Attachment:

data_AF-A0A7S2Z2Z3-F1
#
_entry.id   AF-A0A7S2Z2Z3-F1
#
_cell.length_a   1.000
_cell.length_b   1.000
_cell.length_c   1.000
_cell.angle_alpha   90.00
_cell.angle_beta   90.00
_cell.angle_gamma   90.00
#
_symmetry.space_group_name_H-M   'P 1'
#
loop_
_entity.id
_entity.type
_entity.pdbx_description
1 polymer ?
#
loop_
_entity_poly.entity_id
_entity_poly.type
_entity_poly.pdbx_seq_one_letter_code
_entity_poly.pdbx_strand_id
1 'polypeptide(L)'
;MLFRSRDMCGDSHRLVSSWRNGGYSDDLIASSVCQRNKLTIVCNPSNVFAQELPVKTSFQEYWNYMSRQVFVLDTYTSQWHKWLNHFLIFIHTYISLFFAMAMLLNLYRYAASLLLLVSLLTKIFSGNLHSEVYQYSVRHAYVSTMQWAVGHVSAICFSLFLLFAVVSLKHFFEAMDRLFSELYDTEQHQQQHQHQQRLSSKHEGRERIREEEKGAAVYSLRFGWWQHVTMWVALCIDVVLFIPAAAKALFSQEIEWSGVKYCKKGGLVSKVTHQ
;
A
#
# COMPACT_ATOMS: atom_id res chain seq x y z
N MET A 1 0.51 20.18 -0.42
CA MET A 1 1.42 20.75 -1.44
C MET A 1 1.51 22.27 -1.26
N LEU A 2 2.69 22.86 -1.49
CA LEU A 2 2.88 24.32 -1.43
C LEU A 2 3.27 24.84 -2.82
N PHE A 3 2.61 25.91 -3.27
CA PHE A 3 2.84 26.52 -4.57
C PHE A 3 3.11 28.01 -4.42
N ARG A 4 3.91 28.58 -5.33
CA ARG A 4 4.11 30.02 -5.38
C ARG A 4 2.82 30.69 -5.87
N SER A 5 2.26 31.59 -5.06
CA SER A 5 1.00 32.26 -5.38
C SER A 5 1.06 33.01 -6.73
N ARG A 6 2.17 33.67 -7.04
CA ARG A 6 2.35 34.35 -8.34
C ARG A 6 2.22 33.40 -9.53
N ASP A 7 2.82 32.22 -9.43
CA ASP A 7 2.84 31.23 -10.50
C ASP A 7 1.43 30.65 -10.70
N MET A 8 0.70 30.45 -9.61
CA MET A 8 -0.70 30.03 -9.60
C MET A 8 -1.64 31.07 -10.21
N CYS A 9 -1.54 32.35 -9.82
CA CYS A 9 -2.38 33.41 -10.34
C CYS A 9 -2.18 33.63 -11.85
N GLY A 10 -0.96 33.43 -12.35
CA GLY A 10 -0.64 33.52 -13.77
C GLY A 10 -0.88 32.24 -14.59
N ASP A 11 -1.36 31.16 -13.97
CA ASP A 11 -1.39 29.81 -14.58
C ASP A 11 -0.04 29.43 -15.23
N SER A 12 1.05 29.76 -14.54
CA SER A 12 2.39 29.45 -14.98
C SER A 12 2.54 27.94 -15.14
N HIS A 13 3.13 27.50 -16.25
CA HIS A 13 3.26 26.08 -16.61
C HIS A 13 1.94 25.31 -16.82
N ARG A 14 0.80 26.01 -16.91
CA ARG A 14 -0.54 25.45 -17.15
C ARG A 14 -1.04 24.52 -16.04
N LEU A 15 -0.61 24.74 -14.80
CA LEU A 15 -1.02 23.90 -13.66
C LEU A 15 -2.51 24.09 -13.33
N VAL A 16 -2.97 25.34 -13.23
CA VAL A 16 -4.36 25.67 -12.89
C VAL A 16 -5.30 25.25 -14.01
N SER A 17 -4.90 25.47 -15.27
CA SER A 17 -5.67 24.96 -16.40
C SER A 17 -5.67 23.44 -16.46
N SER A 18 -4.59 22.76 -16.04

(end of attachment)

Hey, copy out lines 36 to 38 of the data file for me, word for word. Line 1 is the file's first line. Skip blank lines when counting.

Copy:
C LEU A 2 3.27 24.84 -2.82
N PHE A 3 2.61 25.91 -3.27
CA PHE A 3 2.84 26.52 -4.57